Data Privacy Settings

One of the great abilities we have with Power BI is connecting to multiple data sources. Authors can actually publish data sources for others to use in their reports. Developers then get to mix and match our reports with all that data; however, there will be times we don’t want everyone to see all the data sources. In today’s episode, we discuss Power BI privacy levels, what they are and what they can–and can’t do for you.

Episode Quotes

“Data Privacy levels affect whether query folding happens with your data sources, and that’s it. It doesn’t affect who can see what, it doesn’t affect security, it doesn’t affect anything else. All that it affects is query folding.”

“It’s not going to fold organizational information into your queries towards a public source and it’s not going to fold private information into queries towards organizational or public sources.”

“My baseline recommendation is, if it’s anything internal, mark it as organizational and if it’s anything external, mark it as public.”

Listen to Learn

00:38     Intro to the team & topic
01:08     Compañero Shout-Outs & recording from Mala
03:59     SQL Trail Information & request for opinions
05:25     SQL Server in the News
06:37     Data privacy levels only affect query folding
08:24     Explanation of what query folding is – hint: it’s not KonMari
10:52     Sometimes query folding is too smart
12:41     The three tiers of privacy levels
13:20     The “hey, ignore all of this” gateway – potential performance improvement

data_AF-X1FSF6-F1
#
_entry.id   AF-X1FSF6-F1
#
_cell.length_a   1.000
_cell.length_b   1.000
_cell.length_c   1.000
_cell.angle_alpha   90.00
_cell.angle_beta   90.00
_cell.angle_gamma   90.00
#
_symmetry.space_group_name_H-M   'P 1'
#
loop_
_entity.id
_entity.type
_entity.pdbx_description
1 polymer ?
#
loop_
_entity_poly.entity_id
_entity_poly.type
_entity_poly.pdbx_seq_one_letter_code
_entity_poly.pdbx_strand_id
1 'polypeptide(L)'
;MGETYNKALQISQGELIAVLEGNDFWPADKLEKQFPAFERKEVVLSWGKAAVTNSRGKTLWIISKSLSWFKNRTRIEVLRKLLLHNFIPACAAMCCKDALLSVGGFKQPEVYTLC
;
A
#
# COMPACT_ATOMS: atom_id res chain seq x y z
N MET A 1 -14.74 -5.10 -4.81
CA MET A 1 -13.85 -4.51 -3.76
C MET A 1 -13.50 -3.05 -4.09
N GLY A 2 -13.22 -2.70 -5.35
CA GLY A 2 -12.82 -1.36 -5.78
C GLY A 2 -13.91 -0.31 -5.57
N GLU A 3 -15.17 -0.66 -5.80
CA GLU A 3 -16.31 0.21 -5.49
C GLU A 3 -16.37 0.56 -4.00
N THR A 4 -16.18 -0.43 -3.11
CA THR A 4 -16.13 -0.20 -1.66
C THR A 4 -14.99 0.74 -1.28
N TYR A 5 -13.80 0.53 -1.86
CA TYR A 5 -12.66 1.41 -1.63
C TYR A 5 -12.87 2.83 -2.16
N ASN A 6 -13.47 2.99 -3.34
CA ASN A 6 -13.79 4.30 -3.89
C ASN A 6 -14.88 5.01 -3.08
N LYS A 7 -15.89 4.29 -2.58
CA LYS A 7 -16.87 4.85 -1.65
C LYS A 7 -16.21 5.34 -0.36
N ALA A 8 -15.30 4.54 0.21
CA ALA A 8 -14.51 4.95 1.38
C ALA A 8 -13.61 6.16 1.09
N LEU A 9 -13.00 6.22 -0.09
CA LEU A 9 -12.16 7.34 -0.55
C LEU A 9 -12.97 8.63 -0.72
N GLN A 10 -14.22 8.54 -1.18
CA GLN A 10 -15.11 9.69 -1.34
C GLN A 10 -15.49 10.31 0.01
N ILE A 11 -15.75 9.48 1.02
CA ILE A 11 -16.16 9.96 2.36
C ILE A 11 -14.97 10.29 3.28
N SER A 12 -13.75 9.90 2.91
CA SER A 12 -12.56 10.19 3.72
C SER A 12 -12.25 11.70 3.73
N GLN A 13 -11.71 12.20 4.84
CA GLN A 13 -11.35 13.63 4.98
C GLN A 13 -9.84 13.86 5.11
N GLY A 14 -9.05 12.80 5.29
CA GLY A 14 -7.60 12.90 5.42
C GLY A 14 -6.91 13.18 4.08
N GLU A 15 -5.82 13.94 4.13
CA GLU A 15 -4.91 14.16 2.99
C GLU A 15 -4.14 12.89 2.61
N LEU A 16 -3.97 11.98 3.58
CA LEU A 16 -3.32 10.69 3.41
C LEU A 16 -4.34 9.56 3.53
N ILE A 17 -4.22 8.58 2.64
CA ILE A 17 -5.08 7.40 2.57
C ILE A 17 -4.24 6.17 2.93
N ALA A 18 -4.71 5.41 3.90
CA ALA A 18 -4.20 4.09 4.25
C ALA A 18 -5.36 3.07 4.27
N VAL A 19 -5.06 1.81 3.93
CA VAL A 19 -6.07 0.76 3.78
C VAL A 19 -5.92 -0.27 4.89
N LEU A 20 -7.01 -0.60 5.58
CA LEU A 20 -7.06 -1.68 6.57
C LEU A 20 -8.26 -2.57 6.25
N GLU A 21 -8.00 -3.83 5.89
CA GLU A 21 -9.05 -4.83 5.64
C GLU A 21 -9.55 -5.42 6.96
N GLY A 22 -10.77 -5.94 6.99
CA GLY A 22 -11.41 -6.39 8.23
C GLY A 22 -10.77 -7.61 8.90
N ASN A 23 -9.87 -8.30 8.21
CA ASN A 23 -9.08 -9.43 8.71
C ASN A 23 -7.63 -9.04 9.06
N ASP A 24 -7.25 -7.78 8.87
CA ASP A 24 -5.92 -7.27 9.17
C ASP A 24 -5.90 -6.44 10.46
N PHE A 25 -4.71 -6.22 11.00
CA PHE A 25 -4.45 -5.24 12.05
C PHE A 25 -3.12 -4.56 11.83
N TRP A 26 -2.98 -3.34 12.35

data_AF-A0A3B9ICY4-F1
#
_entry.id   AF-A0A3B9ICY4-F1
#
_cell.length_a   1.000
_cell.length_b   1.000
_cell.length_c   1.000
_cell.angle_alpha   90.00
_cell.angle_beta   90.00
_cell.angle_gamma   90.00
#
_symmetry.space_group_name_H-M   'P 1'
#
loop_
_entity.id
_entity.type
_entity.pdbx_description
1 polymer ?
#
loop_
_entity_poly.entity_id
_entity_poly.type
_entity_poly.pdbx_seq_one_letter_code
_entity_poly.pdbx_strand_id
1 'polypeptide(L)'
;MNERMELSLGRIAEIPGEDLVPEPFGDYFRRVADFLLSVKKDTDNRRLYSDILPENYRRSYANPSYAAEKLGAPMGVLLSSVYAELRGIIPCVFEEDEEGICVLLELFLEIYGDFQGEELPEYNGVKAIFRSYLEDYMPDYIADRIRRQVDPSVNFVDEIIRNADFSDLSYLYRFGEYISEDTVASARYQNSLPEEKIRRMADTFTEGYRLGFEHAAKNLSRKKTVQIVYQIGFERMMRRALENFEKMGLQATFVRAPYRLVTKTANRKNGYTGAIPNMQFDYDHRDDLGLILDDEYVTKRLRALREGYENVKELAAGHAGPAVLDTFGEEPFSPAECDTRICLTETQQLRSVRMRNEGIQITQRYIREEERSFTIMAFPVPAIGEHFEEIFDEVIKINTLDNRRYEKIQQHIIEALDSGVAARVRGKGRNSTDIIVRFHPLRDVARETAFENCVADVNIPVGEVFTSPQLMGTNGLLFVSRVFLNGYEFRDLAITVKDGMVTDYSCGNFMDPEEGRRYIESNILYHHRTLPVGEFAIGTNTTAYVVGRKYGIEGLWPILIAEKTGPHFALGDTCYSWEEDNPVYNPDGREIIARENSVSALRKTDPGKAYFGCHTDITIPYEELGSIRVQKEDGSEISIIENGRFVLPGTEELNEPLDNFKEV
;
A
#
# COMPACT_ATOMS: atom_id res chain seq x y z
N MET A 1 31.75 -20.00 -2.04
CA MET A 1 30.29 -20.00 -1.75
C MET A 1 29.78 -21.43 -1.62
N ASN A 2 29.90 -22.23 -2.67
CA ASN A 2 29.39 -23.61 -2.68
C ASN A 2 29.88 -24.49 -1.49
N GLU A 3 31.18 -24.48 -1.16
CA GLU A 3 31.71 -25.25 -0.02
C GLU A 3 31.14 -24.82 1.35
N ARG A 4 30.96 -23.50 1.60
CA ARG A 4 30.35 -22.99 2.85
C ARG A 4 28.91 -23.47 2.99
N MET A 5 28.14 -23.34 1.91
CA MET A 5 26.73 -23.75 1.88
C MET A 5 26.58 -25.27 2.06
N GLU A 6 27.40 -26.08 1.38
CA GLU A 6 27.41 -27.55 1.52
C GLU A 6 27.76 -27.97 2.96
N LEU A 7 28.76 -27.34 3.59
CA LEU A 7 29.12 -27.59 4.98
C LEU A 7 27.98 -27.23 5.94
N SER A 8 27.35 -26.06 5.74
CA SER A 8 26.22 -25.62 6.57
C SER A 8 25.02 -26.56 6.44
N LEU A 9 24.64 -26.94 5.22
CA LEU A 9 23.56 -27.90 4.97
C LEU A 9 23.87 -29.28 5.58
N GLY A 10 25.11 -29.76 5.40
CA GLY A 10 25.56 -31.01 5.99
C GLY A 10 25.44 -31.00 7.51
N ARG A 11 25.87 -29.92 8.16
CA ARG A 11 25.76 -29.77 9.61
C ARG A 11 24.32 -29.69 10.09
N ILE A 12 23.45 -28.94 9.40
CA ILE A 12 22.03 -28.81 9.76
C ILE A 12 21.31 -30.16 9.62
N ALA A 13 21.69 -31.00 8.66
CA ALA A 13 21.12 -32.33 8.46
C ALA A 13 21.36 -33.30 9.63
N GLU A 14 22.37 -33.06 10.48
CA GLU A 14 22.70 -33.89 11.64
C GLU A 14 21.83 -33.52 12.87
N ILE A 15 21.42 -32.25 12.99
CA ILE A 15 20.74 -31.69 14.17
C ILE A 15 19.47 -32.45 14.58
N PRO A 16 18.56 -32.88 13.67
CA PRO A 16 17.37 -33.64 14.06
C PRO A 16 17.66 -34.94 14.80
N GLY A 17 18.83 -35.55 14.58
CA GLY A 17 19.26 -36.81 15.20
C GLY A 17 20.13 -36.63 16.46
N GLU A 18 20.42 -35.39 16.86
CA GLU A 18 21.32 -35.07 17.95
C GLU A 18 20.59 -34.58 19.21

15:24     Eugene’s advice on how to mark your data
17:09     Read Microsoft’s security whitepaper
17:55     You have to set levels yourself or ‘none’ is the default setting
18:32     Kevin’s 10 second summary of this episode
19:04     Closing Thoughts


Music for SQL Server in the News by Mansardian

Meet the Hosts

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Carlos Chacon

With more than 10 years of working with SQL Server, Carlos helps businesses ensure their SQL Server environments meet their users’ expectations. He can provide insights on performance, migrations, and disaster recovery. He is also active in the SQL Server community and regularly speaks at user group meetings and conferences. He helps support the free database monitoring tool found at and provides training through SQL Trail events.

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Eugene Meidinger

Eugene works as an independent BI consultant and Pluralsight author, specializing in Power BI and the Azure Data Platform. He has been working with data for over 8 years and speaks regularly at user groups and conferences. He also helps run the GroupBy online conference.

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Kevin Feasel

Kevin is a Microsoft Data Platform MVP and proprietor of Catallaxy Services, LLC, where he specializes in T-SQL development, machine learning, and pulling rabbits out of hats on demand. He is the lead contributor to Curated SQL, president of the Triangle Area SQL Server Users Group, and author of the books PolyBase Revealed (Apress, 2020) and Finding Ghosts in Your Data: Anomaly Detection Techniques with Examples in Python (Apress, 2022). A resident of Durham, North Carolina, he can be found cycling the trails along the triangle whenever the weather's nice enough.

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